The Akwa Ibom State Government says adequate arrangement has been made to ensure that an automated fertiliser blending plant comes on stream in the state by 2018.
Richard Ekpe, the state’s Director of Agriculture and Food Sufficiency, said this in an interview with the News Agency of Nigeria (NAN) in Uyo.
He said the state had already gone into a Private Public Partnership (PPP) with a U.S. fertiliser and allied product company based in Georgia, for the establishment of the plant.
According to Ekpe, the establishment of the plant is to complement the efforts of the Presidential Fertiliser Initiative (PFI) and the Fertiliser Producers and Suppliers Association of Nigeria (FEPSAN) at ensuring the availability of fertiliser for farmers.
“Some of the facilities at our fertiliser warehouse are for blending the establishment of the blending plant.
“The infrastructure is already on ground but the equipment is expected to arrive Akwa Ibom in the next one month for installation.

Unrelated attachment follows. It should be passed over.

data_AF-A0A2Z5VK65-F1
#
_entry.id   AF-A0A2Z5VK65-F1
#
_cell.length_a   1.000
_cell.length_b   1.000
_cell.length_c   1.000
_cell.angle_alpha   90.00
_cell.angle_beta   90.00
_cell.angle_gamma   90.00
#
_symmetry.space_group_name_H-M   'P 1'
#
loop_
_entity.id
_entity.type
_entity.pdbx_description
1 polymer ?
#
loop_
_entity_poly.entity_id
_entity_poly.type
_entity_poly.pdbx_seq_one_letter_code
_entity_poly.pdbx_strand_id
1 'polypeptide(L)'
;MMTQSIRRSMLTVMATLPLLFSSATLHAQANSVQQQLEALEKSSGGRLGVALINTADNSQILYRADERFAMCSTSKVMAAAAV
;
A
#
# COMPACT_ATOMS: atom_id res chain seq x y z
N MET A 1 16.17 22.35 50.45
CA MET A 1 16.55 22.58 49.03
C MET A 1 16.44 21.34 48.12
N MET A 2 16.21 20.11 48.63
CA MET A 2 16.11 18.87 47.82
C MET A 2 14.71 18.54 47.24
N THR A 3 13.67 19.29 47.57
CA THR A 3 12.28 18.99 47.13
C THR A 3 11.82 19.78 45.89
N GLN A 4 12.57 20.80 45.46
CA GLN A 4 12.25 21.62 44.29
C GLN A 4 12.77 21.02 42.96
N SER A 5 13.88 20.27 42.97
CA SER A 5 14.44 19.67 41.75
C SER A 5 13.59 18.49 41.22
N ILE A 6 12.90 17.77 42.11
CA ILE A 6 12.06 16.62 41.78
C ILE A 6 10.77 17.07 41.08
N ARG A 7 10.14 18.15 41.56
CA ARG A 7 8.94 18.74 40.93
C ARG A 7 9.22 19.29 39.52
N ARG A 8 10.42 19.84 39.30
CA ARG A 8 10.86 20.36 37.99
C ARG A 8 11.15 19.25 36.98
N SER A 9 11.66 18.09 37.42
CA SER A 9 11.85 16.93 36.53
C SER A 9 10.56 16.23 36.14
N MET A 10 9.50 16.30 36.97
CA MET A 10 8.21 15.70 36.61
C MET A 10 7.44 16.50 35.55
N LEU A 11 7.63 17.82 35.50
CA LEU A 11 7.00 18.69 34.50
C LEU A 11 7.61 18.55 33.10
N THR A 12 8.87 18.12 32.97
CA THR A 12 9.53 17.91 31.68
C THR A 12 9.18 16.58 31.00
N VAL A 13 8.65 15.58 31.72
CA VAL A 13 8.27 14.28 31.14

“We hope to start producing fertiliser in 2018.”
According to him, the infrastructure for the fertiliser plant already cited at Abak community when completed will have a storage capacity of 400,000 metric tonnes of fertiliser.
The director also said that the state government had formed a formidable team of extension workers to get feedback on challenges and needs of farmers through their various zones and cells.
He commended the Muhammadu Buhari-led administration for its fertiliser initiative, noting that it had ensured an all-year-round farming in the state.
“We commend the Presidential Fertiliser Initiative (PFI) for making fertiliser available and affordable for farmers in Akwa Ibom.
“Our governor is one of the first governors that keyed into this programme to assuage the needs of farmers and ensure they record high yield when they harvest.
“We now farm all year round; moreover, the yield will be poor if fertiliser is not applied to crops to supplement the nutrients that plants need.”
Ekpe, however, urged the federal government to consider expanding the scope by encouraging the production of other fertiliser types.
This, he said, would encourage the planting of palm trees which needed the NPK 12-12-17+2MgO fertiliser for a high yield, instead of the generic NPK 20-10-10.
“In order words, the government fertiliser provided the necessary ingredients the farmers require for their crops but they are yearning for other types,” Ekpe said.